Suad Amiry

"Not Without My Mother-in-Law"

Never lose your values or your humor. For Suad Amiry, those are words to live by, and it is with humor that she brings a vivid picture of everyday life in the occupied territories to Europe. Petra Tabeling portrays the Palestinian author and peace activist.

Suad Amiry, photo: ai
Suad Amiry

​​Suad Amiry is an architect and a Palestinian. Like many others in the autonomous territories, her everyday life in Ramallah is dominated by the daily torture of navigating Israeli blockades to get to work or go shopping.

In the summer of 2002, however, her family life takes a decisive turn: not only are Palestinian president Yassir Arafat's headquarters under siege by Israeli troops, but also the home of her 92-year-old mother-in-law. This inspired Suad Amiry to write a fictional diary: "Sharon and My Mother-in-Law – A Diary of War in Ramallah, Palestine."

Her book first came out in Italy and has now been published in German by Fischer Verlag. Granta, London, will publish the book January 2005.

Acerbic humor and wistful irony

In diary entries from November 17, 2001 to September 26, 2002, Amiry describes the absurdly comical, but also tragically grotesque events in her life and those of her friends and the families living in her community. For example, she sets off with a friend in search of the friend's son, who will later be shot dead by the Israelis.

Old memories are interwoven with the daily events of the ten-month siege - including 34 days that Suad Amiry is forced to spend alone with her mother-in-law. While Sharon is making life for the Palestinians a living hell outside her door, life inside with her mother-in-law is not exactly easy either.

Amiry's unique brand of biting irony makes the history and everyday lives of the Palestinians come alive for the reader. She gives us a fresh perspective on the reality behind the stereotypical images of youths throwing stones and daily bombings.

Teaching values, in the midst of violence

Suad Amiry studied architecture in Beirut, the USA, and Scotland. Today, the 50-year-old lives in Ramallah and teaches at the University of Birzeit. She is president of the "Center for Architectural Conservation," a non-profit organization dedicated to preserving and restoring Palestinian buildings.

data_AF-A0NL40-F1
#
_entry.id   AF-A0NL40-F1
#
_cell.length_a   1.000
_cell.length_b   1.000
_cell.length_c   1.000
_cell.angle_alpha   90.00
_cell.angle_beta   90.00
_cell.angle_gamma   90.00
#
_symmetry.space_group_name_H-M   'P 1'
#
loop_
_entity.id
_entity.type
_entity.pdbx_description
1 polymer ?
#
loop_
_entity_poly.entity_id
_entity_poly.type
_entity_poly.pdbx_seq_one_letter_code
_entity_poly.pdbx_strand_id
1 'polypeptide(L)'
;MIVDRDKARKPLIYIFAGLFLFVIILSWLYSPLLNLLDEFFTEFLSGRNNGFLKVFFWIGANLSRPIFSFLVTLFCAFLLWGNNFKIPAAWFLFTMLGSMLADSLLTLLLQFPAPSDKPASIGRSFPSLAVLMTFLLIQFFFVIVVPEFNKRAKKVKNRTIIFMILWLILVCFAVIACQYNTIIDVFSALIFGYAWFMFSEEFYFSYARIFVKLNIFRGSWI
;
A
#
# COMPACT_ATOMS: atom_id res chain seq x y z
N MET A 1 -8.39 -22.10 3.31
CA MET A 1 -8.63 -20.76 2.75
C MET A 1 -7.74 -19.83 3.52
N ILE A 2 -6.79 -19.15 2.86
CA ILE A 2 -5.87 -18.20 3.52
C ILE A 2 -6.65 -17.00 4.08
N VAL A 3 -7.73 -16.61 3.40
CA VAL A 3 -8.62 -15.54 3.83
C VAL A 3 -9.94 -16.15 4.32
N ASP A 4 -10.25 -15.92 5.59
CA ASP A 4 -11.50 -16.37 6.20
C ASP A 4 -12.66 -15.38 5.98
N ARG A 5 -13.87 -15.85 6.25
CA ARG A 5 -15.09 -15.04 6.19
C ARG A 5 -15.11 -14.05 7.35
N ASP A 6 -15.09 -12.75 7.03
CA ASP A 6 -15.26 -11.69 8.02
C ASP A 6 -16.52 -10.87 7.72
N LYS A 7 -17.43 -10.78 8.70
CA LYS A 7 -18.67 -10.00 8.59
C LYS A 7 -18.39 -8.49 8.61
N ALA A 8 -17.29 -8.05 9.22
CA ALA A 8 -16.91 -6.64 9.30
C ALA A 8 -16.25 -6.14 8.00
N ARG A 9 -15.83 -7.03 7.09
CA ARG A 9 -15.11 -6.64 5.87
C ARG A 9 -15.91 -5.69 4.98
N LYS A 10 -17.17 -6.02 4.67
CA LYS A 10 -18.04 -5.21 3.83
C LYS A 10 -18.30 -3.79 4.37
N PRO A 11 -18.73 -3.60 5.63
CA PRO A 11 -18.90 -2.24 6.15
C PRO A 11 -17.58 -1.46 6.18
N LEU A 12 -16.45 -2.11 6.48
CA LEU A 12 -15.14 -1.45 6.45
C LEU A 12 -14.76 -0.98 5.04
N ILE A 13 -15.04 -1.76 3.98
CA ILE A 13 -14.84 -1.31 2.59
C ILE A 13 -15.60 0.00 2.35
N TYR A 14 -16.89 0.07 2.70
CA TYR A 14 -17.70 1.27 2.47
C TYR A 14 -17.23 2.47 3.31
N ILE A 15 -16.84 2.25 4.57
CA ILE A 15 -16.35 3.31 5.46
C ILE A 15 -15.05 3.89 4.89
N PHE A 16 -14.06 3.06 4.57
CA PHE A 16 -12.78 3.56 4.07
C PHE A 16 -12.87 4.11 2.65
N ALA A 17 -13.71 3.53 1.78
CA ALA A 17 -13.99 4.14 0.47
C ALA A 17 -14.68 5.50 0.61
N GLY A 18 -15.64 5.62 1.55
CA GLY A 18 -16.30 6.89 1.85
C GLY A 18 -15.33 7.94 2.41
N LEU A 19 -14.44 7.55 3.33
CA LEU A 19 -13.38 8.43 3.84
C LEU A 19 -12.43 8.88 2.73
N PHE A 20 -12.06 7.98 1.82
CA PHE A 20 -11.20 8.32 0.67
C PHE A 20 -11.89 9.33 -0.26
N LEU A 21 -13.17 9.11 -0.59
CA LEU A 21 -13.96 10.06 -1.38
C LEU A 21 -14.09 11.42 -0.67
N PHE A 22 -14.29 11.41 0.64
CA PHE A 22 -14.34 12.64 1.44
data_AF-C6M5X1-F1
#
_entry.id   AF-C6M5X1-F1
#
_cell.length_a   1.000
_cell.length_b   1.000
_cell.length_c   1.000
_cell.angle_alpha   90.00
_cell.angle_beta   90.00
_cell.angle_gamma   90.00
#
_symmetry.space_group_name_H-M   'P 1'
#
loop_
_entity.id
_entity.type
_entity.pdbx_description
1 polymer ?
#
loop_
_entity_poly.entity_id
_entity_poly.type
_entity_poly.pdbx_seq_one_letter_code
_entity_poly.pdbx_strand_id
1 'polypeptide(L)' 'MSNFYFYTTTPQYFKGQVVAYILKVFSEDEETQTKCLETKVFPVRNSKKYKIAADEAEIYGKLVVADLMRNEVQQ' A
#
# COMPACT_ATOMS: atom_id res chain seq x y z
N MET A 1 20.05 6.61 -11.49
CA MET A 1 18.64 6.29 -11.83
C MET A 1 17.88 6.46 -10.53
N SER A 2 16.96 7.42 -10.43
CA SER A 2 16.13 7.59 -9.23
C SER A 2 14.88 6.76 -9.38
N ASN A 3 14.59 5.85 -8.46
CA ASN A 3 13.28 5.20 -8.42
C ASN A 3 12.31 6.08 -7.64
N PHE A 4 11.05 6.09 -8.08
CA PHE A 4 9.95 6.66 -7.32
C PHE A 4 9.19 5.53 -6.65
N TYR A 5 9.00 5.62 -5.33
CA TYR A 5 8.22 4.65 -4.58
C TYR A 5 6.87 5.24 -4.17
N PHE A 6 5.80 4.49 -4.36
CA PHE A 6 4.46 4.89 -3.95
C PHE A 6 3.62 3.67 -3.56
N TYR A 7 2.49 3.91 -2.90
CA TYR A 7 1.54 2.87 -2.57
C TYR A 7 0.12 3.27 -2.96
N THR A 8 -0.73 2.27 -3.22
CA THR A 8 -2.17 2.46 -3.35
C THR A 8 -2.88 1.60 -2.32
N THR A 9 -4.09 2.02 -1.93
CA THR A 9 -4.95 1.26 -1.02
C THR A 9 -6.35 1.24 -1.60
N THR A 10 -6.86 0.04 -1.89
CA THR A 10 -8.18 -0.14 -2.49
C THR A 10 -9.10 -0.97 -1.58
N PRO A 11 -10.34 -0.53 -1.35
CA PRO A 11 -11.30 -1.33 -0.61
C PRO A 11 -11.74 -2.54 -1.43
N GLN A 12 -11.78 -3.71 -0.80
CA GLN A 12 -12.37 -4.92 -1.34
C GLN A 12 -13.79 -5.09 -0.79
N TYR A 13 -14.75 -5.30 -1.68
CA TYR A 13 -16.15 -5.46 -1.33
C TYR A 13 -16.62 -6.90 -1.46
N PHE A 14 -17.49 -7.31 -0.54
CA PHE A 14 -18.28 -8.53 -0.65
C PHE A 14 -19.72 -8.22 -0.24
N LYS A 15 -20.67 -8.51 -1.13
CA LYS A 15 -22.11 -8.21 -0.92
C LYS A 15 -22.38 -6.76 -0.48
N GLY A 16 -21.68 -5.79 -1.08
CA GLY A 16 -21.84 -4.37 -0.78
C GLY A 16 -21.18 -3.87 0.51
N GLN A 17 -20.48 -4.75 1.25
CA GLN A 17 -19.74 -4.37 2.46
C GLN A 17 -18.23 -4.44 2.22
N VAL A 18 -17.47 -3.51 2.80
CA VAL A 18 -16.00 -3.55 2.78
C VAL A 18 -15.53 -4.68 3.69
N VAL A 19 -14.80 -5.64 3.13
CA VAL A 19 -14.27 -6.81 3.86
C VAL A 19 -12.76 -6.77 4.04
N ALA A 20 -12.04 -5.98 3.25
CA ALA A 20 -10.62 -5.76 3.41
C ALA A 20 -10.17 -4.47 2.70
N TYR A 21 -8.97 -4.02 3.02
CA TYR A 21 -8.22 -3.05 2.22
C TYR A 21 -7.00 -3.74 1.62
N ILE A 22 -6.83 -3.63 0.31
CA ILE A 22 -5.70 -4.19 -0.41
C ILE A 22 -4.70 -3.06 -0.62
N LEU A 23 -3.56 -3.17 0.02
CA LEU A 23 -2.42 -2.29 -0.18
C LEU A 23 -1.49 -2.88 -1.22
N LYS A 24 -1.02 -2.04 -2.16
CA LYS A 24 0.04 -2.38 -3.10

In recognition of her commitment to humanitarian causes, Amnesty International in Frankfurt invited Suad Amiry to speak at this year's Frankfurt Book Fair about the situation in the autonomous Palestinian territories.

From 1991 to 1993 she was a member of a Palestinian peace delegation in Washington and called for a halt to Palestinian suicide attacks. For Amiry, violence is not the answer: "Our life as Palestinians is restricted every single minute of every hour. For me the biggest challenge is to live under occupation and still preserve my values and humanity, even though my life is under constant threat," says Amiry.

"The young generation growing up in Palestine does not know a life without this occupation. This is why it is particularly important to convince them that certain values are still important in a society and that violence is a dead-end."

Compromises between Palestine and Israel

Compromise is the magic word in politics, but also in the life of every Palestinian, according to the committed peace activist. And it is equally important not to forget her people's long history of displacement.

Amiry's family was driven out of Jaffa 50 years ago: "We cannot turn back time. The refugee problem is something we have to deal with. My hometown will always be Jaffa, and people cannot be allowed to forget that over 800,000 Palestinians were driven out of what is today Israel. Nevertheless, despite our sad history, I still believe in compromises."

False love can be fatal

With the Oslo peace talks in 1993, Suad Amiry believed such a compromise might be close at hand. "The first time, I had the feeling that Israel also wanted peace," says Amiry today. "But then Rabin was assassinated, which was no coincidence. Today, we can no longer make it alone; we need Europe's help. There has to be an end to the love for Israel alone, because this love is destructive for us Palestinians."

It seems that for Suad Amiry humor is like a therapy helping the Palestinians to press on down the long road to freedom. Humor helps her to gain a large audience – with wonderfully acerbic comments like "I can maybe forgive Sharon for the fact that I was cut off from the outside world for 34 days. But I can never forgive him for making me spend all that time with my mother-in-law."

Suad Amiry: "Sharon and My Mother-in-Law" will be published at Granta, London on 27 January 2004

Petra Tabeling

© 2004

Translation from German: Jennifer Taylor-Gaida

Amnesty International
Riwaq - Centre for Architectural Conservation
Suad Amiry at Granta

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